The Middle East Isn’t Toeing the U.S. Line on the War in Ukraine

The Middle East Isn’t Toeing the U.S. Line on the War in Ukraine
Russian President Vladimir Putin and Abu Dhabi Crown Prince Mohamed bin Zayed al-Nahyan attend an official welcome ceremony in Abu Dhabi, United Arab Emirates, Oct. 15, 2019 (AP photo by Alexander Zemlianichenko).

The Russian invasion of Ukraine has brought some clarity to regional realignments and strategic partnerships in the Middle East, with the changing relationship between the United States and the oil-producing members of the Gulf Cooperation Council in particular coming into sharp focus.

War has a tendency to cause states to pay closer attention to and accelerate policy decisions on issues that they might otherwise prefer to defer action on or to leave ambiguous or unresolved. But after more than a week of fighting in Ukraine, one thing has become clear: Washington’s partners in the Middle East are increasingly confident about taking an independent course, unmoored from—and arguably in defiance of—Washington and seemingly in coordination with each other.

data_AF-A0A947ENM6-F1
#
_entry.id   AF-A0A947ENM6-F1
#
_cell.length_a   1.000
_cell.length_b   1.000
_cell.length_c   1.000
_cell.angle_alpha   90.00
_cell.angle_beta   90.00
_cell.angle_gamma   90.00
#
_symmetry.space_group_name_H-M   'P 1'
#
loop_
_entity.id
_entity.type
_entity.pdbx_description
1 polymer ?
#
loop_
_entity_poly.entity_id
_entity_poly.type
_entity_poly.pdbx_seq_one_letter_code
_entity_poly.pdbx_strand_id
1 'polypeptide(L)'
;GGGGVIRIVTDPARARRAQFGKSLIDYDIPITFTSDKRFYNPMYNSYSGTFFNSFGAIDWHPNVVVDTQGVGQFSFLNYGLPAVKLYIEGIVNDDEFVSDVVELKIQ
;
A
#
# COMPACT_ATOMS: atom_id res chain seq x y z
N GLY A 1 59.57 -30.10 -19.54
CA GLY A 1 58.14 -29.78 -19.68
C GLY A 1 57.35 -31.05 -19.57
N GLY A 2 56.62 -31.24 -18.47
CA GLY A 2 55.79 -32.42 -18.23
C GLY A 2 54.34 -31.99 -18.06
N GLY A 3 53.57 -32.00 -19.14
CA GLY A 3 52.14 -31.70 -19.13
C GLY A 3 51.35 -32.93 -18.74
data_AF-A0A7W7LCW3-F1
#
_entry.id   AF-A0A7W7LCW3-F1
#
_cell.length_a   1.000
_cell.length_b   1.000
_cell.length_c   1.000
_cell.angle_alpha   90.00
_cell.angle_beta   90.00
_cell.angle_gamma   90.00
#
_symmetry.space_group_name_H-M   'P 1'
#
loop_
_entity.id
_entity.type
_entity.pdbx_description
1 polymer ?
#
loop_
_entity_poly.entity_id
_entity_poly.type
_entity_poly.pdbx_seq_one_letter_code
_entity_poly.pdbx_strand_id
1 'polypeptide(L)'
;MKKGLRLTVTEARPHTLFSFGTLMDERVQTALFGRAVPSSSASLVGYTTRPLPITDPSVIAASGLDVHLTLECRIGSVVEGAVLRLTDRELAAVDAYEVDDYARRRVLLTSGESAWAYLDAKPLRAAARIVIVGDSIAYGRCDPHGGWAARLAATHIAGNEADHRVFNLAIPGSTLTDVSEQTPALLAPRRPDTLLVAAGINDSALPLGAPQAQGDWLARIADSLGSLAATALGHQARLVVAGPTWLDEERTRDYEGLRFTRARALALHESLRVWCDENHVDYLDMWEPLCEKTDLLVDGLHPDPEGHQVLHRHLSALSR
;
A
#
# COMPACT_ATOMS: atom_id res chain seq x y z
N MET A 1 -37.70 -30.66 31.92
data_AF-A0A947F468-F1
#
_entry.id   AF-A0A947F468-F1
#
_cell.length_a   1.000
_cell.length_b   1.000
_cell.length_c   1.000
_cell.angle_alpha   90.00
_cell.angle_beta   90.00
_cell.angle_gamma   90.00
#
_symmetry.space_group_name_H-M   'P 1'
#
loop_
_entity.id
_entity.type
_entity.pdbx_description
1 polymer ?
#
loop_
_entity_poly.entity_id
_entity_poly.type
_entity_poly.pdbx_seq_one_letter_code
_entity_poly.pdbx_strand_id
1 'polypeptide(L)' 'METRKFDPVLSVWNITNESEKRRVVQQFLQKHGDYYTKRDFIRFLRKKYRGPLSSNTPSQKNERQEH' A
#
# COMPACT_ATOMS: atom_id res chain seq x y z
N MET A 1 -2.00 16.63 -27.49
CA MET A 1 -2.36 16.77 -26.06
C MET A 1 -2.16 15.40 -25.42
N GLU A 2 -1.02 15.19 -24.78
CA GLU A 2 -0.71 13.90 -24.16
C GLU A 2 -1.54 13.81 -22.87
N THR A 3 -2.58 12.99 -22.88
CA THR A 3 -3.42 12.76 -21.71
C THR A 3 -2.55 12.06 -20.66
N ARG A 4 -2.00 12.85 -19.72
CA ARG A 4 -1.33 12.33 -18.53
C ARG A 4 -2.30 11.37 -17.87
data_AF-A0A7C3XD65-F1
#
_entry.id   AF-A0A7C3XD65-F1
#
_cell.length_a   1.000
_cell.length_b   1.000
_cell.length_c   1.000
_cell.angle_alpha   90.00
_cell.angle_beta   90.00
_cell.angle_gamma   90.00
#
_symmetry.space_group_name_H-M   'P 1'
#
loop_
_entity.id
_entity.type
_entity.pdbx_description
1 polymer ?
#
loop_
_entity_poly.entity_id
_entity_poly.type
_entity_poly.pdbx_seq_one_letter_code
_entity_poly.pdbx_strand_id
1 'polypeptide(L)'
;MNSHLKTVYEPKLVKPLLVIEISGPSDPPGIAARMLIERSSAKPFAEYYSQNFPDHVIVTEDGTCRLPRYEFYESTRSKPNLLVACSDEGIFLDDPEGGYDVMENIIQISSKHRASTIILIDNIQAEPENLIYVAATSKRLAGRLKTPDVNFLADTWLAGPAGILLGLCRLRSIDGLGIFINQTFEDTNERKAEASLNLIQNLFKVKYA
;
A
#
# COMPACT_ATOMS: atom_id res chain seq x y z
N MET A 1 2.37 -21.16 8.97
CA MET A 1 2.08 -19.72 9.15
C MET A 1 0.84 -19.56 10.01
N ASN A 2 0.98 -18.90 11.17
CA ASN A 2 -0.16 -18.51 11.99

The divergence has been most apparent in the refusal of the members of the Organization of Petroleum Exporting Countries Plus, or OPEC+, to rapidly increase their oil output amid rising fuel prices, notwithstanding a request to do so by the Biden administration to Saudi Arabia. But it was also on display in Israel’s refusal to send several batteries of the Iron Dome defense system to Ukraine, despite a U.S. request, over fears the transfer would damage relations with Russia. Finally, several states in the broader region abstained on the United Nations General Assembly resolution condemning Russia’s invasion, much to Washington’s displeasure.

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